This thing is pretty darn light. The material is very thin and feels like it could rip when you lay in it (although it hasn't and I'm not expecting it to). Once you find the right angles and height for setup, this thing is comfortable. If it's too tight (hang angle too shallow), the sides will close in on you. If it's too loose (hang angle too steep), you end up bent like a banana with your feet above your head.
If I pitch this in the backyard, I always end up napping for a couple hours. I've taken it camping a couple times. It takes some getting used to: being in a sleeping bag on a sleeping pad inside of a hammock. I ended up not using the sleeping pad, as the temperature was mild (mid 50's). The hammock is more comfortable without the pad, but it could get cold without it in colder weather. Also, the sleeping bag, pad, and hammock materials all tend to be pretty slippery against each other, so it was a little challenging to keep everything where I wanted.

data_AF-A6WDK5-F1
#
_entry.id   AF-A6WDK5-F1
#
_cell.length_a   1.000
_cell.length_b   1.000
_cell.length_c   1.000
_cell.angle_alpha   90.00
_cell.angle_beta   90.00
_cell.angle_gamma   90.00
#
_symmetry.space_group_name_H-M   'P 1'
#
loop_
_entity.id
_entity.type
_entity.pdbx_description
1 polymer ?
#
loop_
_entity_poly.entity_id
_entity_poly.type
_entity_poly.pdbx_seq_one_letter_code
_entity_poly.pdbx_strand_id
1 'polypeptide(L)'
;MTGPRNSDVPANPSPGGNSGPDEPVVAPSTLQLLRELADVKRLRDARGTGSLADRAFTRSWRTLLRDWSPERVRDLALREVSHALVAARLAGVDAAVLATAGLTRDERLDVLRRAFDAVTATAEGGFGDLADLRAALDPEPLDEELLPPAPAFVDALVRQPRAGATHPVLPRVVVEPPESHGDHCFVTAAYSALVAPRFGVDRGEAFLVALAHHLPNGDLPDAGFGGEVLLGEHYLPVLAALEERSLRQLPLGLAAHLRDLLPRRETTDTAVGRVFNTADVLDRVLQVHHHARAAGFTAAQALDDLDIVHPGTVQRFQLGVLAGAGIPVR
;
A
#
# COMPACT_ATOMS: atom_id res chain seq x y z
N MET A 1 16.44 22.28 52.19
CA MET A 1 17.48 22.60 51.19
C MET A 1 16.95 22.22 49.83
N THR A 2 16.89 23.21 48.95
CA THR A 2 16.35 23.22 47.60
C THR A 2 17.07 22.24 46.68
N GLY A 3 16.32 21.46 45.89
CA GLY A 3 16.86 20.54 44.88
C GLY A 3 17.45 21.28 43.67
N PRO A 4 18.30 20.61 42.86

I am generally a stomach/side sleeper, so it took some time to figure out how to get comfortable in the hammock. Obviously, it lends itself to back sleeping, but I figured out some side sleeping positions that were very comfortable.
It packs up up into its attached stuff sack very easily. I still have enough room for my 2 carabiners and 30' of webbing (not included) I use to suspend it. It comes with:
1 hammock (stuff sack is attached to the side of the hammock)
2 steel carabiners (these were small but very heavy, and didn't have weight ratings on them, so I swapped them out for full strength lightweight climbing carabiners)
~30ft of accessory cord (came on a spool, not attached to hammock. I assume this was for hanging the hammock, but it didn't come with any info like strength rating. In addition, using cord directly on trees is bad practice, as it damages the tree. PLEASE USE 1" WEBBING ON THE TREES)